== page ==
Software engineers have never been known for their interpersonal skills. In fact, HR people work too often to compensate, in vivid colours, for that gray world habited by developers, programmers and other weird-haired nerds. The lack of social skills demonstrated by engineers is not a cliché; studies show that autism is more common in tech-heavy centers and that couples who work in the industry are more likely to have children diagnosed with autism. Problem-solving skills, it seems, may come at the price of interpersonal ones.
Even off the spectrum, many developers shy away from crowds, prefer not to confront people, and do not consider themselves to be ‘people people’. Some are arrogant while others are direct, often saying what they think very bluntly. As engineers must work together and with other teams, this can pose a problem. That is engineers need to be able to review each other’s code, communicate well on the different aspects of their tasks, and ultimately deliver as a team often with a little bit of constructive criticism.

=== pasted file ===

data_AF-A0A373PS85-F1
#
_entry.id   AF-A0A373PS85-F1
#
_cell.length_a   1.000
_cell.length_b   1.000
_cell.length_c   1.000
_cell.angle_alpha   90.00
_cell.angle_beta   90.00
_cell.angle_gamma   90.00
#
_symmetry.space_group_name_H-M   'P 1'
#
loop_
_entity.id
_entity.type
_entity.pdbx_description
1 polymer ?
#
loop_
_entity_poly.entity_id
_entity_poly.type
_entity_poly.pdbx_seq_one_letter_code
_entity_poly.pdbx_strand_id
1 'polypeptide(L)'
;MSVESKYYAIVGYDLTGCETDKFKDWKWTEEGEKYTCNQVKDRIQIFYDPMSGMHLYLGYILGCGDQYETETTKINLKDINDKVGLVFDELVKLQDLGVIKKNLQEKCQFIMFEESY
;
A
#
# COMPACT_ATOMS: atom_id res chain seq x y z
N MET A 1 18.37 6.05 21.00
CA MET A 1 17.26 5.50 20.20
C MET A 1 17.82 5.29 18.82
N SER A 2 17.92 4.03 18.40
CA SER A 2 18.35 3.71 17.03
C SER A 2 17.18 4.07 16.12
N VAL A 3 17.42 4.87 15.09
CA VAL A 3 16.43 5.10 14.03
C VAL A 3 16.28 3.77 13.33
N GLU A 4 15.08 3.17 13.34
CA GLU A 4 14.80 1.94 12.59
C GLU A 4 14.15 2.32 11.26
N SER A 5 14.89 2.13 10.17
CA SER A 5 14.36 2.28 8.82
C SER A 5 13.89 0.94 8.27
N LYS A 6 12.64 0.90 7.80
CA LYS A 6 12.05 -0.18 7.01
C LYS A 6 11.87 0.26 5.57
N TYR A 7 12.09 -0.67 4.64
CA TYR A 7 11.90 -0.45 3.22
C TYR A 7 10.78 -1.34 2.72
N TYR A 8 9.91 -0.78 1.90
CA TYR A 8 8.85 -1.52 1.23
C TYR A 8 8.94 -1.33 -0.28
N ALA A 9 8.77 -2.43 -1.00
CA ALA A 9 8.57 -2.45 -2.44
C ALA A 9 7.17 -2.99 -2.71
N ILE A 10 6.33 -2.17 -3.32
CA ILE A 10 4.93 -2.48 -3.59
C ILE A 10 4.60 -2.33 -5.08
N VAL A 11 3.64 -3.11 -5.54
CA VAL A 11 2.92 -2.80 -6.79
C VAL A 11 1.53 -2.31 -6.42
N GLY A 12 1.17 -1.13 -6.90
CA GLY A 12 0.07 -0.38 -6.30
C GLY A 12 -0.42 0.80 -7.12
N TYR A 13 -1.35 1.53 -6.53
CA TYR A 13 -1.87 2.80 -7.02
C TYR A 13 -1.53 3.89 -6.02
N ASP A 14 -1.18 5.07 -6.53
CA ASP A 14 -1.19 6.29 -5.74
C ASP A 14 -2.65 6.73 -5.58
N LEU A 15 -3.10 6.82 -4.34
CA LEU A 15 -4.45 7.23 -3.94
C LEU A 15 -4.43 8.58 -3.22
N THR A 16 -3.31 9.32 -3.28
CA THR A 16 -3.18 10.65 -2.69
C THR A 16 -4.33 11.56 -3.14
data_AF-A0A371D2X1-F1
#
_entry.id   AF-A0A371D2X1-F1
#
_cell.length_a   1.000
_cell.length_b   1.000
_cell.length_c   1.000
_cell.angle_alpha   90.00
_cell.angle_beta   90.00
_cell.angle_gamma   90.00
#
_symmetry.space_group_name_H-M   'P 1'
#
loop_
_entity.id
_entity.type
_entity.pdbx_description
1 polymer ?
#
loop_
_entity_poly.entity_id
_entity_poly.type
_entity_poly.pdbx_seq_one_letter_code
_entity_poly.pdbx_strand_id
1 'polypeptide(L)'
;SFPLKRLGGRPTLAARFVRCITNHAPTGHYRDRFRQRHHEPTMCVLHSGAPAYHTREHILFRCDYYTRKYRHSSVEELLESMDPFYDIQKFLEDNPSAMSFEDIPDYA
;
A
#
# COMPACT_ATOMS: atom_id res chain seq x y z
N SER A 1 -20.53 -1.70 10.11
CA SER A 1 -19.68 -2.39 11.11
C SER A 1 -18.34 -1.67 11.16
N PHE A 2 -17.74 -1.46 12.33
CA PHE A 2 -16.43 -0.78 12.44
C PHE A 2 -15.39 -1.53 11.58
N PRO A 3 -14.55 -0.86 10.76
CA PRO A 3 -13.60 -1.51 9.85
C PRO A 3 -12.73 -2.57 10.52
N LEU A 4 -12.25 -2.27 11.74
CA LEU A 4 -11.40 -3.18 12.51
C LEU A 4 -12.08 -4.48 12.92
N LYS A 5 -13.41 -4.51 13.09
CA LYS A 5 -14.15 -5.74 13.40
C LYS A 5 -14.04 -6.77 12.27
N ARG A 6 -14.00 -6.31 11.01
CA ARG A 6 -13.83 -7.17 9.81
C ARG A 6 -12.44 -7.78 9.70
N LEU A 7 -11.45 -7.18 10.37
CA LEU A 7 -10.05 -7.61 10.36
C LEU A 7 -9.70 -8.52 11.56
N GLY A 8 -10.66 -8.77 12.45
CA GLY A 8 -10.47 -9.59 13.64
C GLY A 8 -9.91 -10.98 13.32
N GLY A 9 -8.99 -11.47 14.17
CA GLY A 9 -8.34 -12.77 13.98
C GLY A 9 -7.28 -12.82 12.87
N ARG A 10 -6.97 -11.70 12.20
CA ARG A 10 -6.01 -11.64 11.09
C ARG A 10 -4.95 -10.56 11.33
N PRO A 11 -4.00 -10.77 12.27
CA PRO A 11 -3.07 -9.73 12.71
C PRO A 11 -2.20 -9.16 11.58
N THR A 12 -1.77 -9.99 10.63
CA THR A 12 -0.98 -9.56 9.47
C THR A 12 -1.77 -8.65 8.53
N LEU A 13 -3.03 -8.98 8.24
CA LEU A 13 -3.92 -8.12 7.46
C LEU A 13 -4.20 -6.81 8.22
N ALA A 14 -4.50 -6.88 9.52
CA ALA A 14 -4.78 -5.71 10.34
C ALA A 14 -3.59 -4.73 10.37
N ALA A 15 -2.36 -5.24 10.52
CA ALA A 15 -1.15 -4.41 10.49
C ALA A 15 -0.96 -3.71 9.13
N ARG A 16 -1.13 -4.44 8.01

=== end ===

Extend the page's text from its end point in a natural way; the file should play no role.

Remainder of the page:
In my experience, top-talent engineers, both in junior and senior positions, are usually strongly opinionated and care deeply about the details of their work, so they are likely to clash with other workers more often. Conflicts between such high-ranked employees are common, and it is not something to fear; they should be met head-on with clear, positive, and constructive discussions. However, in a world of racing deliveries and code reviews, the atmosphere can turn dark if not addressed correctly.
This article explores the origins and underlying causes of developers’ destructive communication and offers an alternative that promotes positive, kind, and loving engineering feedback- the good, the bad, and the ugly.
Context is key
When planning engineering design efforts, an important question that is often not asked is what is the context of the effort? Do we have a deadline next week and need to solve an issue to meet it? Are we building a new project, have time, and need to make the right strategic choice? Are we in need of a patch because of a production bug?
These questions should be asked after a task is started but before the first line of code is written to avoid problems down the line. This is what we call the engineering design review. During this review, the engineer explains the motive of the project and is an opportunity for the rest of the team to get on board; to better understand why this solution is needed, what is the solution, and how it was chosen. The design will be presented to the platform tech lead and the project’s architect, and any other relevant team members. It allows everyone to get on the same page about the motivation behind the project and its context.